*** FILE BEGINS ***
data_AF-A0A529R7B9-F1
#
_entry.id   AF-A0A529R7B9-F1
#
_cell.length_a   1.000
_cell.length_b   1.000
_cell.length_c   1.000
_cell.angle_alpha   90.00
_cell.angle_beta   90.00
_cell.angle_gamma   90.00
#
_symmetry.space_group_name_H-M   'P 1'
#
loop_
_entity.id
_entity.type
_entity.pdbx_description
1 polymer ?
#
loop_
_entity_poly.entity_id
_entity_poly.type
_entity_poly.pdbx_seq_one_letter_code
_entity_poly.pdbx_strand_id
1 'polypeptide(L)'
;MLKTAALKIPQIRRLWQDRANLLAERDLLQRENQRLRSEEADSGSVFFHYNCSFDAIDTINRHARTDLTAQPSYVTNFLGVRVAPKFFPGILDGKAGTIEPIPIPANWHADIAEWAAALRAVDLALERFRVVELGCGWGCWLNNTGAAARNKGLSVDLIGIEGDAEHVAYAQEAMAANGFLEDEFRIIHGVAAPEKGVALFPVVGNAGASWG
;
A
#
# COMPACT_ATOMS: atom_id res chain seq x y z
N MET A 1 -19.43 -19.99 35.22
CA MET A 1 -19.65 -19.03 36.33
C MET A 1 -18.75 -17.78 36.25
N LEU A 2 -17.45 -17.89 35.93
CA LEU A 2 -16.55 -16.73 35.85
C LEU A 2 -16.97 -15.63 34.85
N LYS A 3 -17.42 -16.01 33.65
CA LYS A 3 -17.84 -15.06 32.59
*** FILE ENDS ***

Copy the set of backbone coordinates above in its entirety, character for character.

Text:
data_AF-A0A529R7B9-F1
#
_entry.id   AF-A0A529R7B9-F1
#
_cell.length_a   1.000
_cell.length_b   1.000
_cell.length_c   1.000
_cell.angle_alpha   90.00
_cell.angle_beta   90.00
_cell.angle_gamma   90.00
#
_symmetry.space_group_name_H-M   'P 1'
#
loop_
_entity.id
_entity.type
_entity.pdbx_description
1 polymer ?
#
loop_
_entity_poly.entity_id
_entity_poly.type
_entity_poly.pdbx_seq_one_letter_code
_entity_poly.pdbx_strand_id
1 'polypeptide(L)'
;MLKTAALKIPQIRRLWQDRANLLAERDLLQRENQRLRSEEADSGSVFFHYNCSFDAIDTINRHARTDLTAQPSYVTNFLGVRVAPKFFPGILDGKAGTIEPIPIPANWHADIAEWAAALRAVDLALERFRVVELGCGWGCWLNNTGAAARNKGLSVDLIGIEGDAEHVAYAQEAMAANGFLEDEFRIIHGVAAPEKGVALFPVVGNAGASWG
;
A
#
# COMPACT_ATOMS: atom_id res chain seq x y z
N MET A 1 -19.43 -19.99 35.22
CA MET A 1 -19.65 -19.03 36.33
C MET A 1 -18.75 -17.78 36.25
N LEU A 2 -17.45 -17.89 35.93
CA LEU A 2 -16.55 -16.73 35.85
C LEU A 2 -16.97 -15.63 34.85
N LYS A 3 -17.42 -16.01 33.65
CA LYS A 3 -17.84 -15.06 32.59